Thitsar Ooyin, a microfinance institution of which GRET is the majority shareholder, obtained a loan of one million dollars from Dutch development bank FMO. This will enable it to open new branches and create new credit products for rural populations in Myanmar.
Thitsar Ooyin is a socially-driven microfinance institution, headquartered in Hakha, Chin State, a mountainous and remote state in Myanmar. The institution is currently active in some of the most isolated regions of Myanmar, providing microloans primarily to women, with a particular focus on rural areas the benefit poor disadvantaged communities. Its model makes it possible to build a strong client base in difficult circumstances, thereby creating a significant impact on rural people’s livelihoods.
“With this new funding, the Thitsar Ooyin microfinance company will be able to provide more economic opportunities to families and better contribute to its vision of improving the livelihoods of rural populations in Myanmar” – Lai Uk Nawl, chairperson of the Thitsar Ooyin management committee and Chin general manager.
Thitsar Ooyin (which means “Garden of Loyalty” in Burmese) is a microfinance institution created by GRET in 2018, with a view to taking over the microfinance activities that GRET had been implementing in Myanmar for more than twenty years. Thitsar Ooyin’s mission is to provide responsible financial services to low-income families and small and medium-sized enterprises by developing long-term access to quality services and empowering families by strengthening their management capacities. As of September 2018, Thitsar Ooyin, which provides group and individual loans mainly to women, has a loan portfolio of 3.2 million USD and serves 20,552 clients, of whom 90 % live in rural areas. This is achieved thanks to over 100 dedicated employees across its 9-branch network located in Chin State and the Sagaing Region.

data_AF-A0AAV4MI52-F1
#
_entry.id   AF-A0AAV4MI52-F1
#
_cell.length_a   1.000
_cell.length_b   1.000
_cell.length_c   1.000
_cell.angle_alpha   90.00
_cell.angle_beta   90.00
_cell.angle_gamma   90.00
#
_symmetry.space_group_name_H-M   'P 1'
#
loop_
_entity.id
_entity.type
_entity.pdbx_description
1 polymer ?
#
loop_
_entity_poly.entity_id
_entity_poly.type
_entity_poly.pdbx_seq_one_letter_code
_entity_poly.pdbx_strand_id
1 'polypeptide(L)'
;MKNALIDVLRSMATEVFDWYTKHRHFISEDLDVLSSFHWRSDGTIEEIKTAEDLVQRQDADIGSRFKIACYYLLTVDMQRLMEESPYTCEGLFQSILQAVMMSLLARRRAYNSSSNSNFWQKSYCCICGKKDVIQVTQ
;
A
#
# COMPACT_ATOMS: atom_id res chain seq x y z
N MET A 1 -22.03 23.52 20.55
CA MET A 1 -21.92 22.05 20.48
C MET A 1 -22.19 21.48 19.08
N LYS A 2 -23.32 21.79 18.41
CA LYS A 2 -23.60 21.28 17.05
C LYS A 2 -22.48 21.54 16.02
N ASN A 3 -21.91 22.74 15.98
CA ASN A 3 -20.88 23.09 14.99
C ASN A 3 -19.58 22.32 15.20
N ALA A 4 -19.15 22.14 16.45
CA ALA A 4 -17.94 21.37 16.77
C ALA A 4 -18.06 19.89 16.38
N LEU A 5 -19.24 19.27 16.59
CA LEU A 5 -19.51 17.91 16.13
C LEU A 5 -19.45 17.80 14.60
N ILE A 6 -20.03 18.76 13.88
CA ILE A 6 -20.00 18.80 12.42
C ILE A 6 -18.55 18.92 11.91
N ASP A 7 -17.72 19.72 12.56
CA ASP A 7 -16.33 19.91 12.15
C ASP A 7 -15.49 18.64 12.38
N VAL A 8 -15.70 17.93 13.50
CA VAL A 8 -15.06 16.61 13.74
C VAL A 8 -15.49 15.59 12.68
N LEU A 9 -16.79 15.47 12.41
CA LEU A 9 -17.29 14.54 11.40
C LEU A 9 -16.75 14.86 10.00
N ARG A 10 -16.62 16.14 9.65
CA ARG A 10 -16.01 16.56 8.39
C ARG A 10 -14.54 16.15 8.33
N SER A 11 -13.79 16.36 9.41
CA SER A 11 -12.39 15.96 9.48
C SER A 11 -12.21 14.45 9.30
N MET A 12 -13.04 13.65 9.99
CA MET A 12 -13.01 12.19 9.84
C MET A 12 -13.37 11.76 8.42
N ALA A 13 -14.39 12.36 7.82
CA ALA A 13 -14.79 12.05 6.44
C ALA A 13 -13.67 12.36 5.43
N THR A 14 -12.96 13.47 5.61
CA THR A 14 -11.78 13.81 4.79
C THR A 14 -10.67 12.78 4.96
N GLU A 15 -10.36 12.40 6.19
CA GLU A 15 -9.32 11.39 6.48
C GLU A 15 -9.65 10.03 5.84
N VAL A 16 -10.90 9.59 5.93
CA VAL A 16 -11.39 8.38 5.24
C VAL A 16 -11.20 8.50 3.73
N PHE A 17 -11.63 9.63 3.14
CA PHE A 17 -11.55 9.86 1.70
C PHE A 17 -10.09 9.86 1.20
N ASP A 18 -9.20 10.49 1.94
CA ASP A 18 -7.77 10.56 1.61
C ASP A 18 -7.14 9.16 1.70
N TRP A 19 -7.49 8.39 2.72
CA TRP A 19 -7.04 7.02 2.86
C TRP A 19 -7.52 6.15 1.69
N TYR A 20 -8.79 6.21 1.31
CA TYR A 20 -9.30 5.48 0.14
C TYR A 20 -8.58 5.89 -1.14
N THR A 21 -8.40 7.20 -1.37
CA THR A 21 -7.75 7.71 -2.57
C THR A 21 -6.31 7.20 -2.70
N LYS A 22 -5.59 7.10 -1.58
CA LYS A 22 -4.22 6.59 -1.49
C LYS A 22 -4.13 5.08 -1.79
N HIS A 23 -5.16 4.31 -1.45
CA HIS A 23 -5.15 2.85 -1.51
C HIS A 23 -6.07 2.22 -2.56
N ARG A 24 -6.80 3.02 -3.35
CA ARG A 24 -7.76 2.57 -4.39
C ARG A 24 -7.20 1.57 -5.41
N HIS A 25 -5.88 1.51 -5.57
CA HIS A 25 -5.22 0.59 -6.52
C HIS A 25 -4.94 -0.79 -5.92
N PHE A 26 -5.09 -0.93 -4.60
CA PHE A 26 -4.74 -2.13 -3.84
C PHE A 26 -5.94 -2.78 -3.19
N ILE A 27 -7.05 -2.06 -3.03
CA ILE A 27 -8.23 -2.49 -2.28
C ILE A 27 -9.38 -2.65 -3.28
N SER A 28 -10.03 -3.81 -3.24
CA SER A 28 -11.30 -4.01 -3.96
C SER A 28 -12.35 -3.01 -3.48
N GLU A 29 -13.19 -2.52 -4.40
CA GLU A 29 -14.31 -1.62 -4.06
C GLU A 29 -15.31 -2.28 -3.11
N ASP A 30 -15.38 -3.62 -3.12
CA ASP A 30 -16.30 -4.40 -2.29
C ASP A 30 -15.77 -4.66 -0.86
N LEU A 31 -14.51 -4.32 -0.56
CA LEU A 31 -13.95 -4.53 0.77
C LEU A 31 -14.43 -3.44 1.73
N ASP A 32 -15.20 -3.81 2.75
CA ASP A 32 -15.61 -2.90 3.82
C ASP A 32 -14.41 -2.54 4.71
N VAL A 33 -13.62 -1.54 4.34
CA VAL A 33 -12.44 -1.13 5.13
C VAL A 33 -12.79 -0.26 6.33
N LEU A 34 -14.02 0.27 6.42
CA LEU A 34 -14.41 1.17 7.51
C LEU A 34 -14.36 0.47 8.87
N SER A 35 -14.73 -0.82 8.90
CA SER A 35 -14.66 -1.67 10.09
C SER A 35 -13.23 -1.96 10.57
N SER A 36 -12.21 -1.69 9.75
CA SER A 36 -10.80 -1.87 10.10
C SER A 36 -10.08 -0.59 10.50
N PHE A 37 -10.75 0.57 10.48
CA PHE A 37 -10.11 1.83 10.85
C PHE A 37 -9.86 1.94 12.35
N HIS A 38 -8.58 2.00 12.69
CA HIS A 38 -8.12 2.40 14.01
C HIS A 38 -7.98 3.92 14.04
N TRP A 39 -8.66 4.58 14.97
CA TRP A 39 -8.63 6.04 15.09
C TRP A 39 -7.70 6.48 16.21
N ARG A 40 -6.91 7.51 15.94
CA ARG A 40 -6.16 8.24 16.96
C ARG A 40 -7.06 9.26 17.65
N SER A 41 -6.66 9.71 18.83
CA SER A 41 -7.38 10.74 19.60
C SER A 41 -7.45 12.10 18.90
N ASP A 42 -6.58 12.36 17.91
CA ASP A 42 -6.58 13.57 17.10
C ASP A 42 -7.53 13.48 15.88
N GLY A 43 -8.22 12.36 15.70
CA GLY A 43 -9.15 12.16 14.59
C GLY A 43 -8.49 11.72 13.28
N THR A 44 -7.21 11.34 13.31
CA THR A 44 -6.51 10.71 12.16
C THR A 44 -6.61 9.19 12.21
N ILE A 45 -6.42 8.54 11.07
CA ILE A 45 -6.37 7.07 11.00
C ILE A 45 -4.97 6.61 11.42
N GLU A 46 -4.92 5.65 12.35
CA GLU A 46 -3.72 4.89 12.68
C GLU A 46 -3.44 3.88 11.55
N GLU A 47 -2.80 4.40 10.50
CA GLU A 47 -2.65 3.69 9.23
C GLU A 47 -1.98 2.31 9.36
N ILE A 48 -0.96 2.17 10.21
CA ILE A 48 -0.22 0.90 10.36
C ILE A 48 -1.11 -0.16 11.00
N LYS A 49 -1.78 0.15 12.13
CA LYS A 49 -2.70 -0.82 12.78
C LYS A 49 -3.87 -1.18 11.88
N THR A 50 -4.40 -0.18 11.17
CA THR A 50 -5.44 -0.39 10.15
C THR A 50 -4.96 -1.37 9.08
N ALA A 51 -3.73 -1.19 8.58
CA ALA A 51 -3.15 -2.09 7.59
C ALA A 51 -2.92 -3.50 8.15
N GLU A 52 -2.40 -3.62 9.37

With this funding, Thitsar Ooyin will be able to further expand its operations by opening new branches and creating new credit products for the rural populations of Myanmar, hence growing its loan portfolio, primarily composed of livestock loans, agriculture loans and trade loans. The funding was made available through FMO’s MASSIF fund, which reaches out to end-beneficiaries by funding local financial intermediaries and institutions that can contribute to their development. With the fund, FMO can invest upstream, taking high risks, and by doing so, catalyse new investors into the financial inclusion space, which includes FMO.
“This investment will help improve access to finance in rural areas for underserved small entrepreneurs, especially women, thereby reducing inequalities and supporting job creation”, adds Linda Broekhuizen, Chief Investment Officer of FMO.